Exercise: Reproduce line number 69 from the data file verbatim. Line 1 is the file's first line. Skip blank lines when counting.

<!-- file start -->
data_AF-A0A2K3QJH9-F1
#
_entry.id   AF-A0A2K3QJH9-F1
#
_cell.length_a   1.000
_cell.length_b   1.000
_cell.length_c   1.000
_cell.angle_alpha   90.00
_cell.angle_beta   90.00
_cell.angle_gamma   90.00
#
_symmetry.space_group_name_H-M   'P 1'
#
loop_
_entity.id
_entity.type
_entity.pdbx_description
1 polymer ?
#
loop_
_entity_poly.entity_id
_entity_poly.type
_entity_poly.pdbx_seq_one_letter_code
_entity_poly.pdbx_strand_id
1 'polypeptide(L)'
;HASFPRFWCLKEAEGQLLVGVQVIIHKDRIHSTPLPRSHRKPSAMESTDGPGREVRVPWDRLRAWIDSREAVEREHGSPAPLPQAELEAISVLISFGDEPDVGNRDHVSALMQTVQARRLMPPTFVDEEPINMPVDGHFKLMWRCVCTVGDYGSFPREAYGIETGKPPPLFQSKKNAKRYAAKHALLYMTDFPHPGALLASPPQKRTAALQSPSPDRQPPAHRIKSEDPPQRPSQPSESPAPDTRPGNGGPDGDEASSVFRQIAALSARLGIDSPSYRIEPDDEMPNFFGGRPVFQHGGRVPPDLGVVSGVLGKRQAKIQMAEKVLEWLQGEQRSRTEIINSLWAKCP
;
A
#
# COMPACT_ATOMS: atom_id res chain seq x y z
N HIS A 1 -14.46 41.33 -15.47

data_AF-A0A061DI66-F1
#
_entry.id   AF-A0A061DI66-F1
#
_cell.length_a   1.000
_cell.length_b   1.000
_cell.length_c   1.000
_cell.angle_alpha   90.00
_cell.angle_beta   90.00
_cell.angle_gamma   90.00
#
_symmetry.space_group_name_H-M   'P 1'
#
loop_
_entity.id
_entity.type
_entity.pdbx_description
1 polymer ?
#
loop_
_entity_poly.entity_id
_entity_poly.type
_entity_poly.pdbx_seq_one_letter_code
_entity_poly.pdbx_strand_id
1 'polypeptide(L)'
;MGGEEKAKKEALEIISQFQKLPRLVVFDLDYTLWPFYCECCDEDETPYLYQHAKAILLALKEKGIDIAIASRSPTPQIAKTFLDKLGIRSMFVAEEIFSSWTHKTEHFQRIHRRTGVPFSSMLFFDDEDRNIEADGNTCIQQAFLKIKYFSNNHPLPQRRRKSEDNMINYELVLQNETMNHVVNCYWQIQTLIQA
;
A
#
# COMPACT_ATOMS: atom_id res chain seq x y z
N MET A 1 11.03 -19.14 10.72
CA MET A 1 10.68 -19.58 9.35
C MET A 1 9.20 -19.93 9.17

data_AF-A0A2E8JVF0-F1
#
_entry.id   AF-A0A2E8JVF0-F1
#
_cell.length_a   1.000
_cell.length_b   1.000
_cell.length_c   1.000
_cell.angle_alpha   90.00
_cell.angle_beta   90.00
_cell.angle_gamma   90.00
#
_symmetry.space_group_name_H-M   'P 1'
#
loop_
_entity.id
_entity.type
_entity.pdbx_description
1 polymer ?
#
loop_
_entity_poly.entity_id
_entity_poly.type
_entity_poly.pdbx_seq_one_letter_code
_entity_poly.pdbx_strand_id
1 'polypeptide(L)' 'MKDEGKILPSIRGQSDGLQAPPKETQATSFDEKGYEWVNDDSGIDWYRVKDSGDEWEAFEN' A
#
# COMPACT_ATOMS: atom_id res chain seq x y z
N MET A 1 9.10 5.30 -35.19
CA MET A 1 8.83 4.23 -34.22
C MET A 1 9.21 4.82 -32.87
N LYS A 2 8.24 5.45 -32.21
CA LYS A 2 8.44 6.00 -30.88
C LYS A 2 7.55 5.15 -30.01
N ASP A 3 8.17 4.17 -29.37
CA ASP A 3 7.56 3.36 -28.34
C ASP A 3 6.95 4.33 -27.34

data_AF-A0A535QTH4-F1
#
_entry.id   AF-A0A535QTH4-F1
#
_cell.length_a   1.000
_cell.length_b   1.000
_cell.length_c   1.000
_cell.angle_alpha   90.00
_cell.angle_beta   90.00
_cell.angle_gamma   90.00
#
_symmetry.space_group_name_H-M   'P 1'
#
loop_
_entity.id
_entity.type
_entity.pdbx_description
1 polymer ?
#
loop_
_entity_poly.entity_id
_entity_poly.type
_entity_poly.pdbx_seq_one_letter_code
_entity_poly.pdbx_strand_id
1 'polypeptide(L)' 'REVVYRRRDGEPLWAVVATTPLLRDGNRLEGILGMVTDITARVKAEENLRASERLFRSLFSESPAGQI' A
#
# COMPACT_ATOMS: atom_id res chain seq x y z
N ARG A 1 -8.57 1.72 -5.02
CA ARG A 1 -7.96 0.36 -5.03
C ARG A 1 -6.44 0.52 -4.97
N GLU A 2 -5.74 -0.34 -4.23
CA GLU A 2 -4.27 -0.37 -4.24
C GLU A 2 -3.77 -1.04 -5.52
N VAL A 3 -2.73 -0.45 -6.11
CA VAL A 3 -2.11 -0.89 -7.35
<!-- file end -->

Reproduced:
_cell.length_a   1.000